Anderson, K., & Behm, D. G. (2005). Trunk muscle activity increases with unstable squat movements. Canadian Journal of Applied Physiology, 30(1), 33-45.

Staugaard-Jones, J.A. (2012). The Vital Psoas Muscle: Connecting Physical, Emotional, and Spiritual Well-Being. North Atlantic Books


Need an extra little push before you indulge over the holidays? New Edge Fitness will be offering COMPLIMENTARY Bootcamps Tuesday December 15 and Thursday December 17 at 10:30am. If you’ve never trained with us…now is your chance!

Email or call (778)998-6586 to reserve your spot!

What’s Your Warmup?

Last week I attended the world weightlifting championships, where I got to watch and learn from the best lifters in the world. Although weightlifting is a specialized sport, there is no better sport to look to when it comes to training in the gym. In weightlifting, adding more weight to the bar must be earned by demonstrating coordination, control and power with a lesser weight.warmup

Perfection of movement patterns is the focus before a lifter is allowed to train with added weight. Weightlifting is a sport that uses every muscle in the body. For optimal speed and power all muscles need to be recruited very quickly. This is where warm-up becomes important. Weightlifters in the championship that did not have adequate time to warm-up were often unable to make lifts that were easy for their competitors. These lifters were quickly eliminated from the competition.


One of the things that made the best teams of weightlifters stand out was their warm-up routine. Warm-up that include dynamic stretching and practice the movement patterns are most ideal when it comes for preparing for strength training and power type exercise. Here are some of my favorites:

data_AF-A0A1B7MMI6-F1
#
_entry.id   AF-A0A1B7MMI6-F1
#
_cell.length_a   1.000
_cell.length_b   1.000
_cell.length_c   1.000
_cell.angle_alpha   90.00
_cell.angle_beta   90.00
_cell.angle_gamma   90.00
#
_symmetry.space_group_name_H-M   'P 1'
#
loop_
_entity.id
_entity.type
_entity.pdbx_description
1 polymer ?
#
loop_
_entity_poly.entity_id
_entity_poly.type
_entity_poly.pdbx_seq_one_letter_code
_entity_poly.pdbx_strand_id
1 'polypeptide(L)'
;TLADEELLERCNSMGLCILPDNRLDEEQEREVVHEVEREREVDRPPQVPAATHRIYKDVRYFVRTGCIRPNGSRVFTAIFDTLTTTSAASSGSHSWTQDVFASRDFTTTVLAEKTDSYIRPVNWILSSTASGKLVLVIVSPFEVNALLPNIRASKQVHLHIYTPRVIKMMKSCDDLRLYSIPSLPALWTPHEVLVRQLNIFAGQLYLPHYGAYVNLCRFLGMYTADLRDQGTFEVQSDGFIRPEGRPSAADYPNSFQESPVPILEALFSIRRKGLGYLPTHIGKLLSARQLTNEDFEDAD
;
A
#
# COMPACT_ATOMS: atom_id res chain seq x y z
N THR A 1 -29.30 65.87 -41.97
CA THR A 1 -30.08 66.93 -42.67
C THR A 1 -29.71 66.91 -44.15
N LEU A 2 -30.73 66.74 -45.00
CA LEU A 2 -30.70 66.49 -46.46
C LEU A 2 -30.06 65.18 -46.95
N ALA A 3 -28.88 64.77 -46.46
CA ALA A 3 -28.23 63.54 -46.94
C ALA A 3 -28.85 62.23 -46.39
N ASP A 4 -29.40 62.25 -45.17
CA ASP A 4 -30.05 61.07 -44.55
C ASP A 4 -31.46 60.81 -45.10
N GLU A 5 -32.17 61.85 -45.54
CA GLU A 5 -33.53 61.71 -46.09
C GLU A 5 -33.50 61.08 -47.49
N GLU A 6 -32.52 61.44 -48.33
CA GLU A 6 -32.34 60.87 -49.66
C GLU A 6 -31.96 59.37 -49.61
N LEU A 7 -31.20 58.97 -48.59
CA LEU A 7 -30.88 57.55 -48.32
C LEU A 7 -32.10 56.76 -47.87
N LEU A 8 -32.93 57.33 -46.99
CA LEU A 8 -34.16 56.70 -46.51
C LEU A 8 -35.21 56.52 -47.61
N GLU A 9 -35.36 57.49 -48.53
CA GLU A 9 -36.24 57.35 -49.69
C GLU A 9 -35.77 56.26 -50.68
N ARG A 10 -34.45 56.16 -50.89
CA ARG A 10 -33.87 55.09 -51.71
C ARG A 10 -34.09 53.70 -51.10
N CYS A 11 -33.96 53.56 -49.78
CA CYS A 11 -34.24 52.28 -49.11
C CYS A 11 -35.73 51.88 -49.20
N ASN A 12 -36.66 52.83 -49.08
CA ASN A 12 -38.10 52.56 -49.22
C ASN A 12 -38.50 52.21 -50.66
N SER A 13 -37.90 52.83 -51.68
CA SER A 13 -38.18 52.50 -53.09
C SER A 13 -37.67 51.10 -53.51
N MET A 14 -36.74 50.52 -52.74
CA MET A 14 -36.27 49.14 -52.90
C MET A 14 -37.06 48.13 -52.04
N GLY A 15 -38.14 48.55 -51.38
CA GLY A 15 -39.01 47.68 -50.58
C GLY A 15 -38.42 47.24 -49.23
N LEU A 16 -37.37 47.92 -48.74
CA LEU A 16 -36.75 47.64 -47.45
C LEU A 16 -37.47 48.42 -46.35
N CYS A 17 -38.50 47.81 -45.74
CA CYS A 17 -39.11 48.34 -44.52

Dynamic hip flexor stretch:

This one is good to setting pelvic position in neutral and activating the glutes. Move forward and backward or lift and lower the back leg to add movement to this. Perform 2 sets of 10 forward and back and 2 sets of 10 lifts up and down.

warmup4Thoracic reach and twist:

In half kneeling, plant one hand on the floor and reach the other hand up to touch the sky. Then, reach under and through the opposite arm and leg. This warms up the shoulders and the upper back area. Do this at a moderate pace and go faster as you desire. Do 1 set of 5 per side.

warmup6Walkout to plank:

Bend from the hip to stretch the hamstrings and activate the quads. Hands walk out to get into plank position. Hands can be placed further out if the midsection is strong. Hands walk back in towards the feet. Stand up to finish and add a squat with hands reached overhead. Aim to keep your torso vertical and abs engaged. Perform 2 sets of 5 walkouts.

warmup7 warmup8


Chaouachi, A., Castagna, C., Chtara, M., Brughelli, M., Turki, O., Galy, O. & Behm, D. G. (2010). Effect of warm-ups involving static or dynamic stretching on agility, sprinting, and jumping performance in trained individuals.The Journal of Strength & Conditioning Research, 24(8), 2001-2011.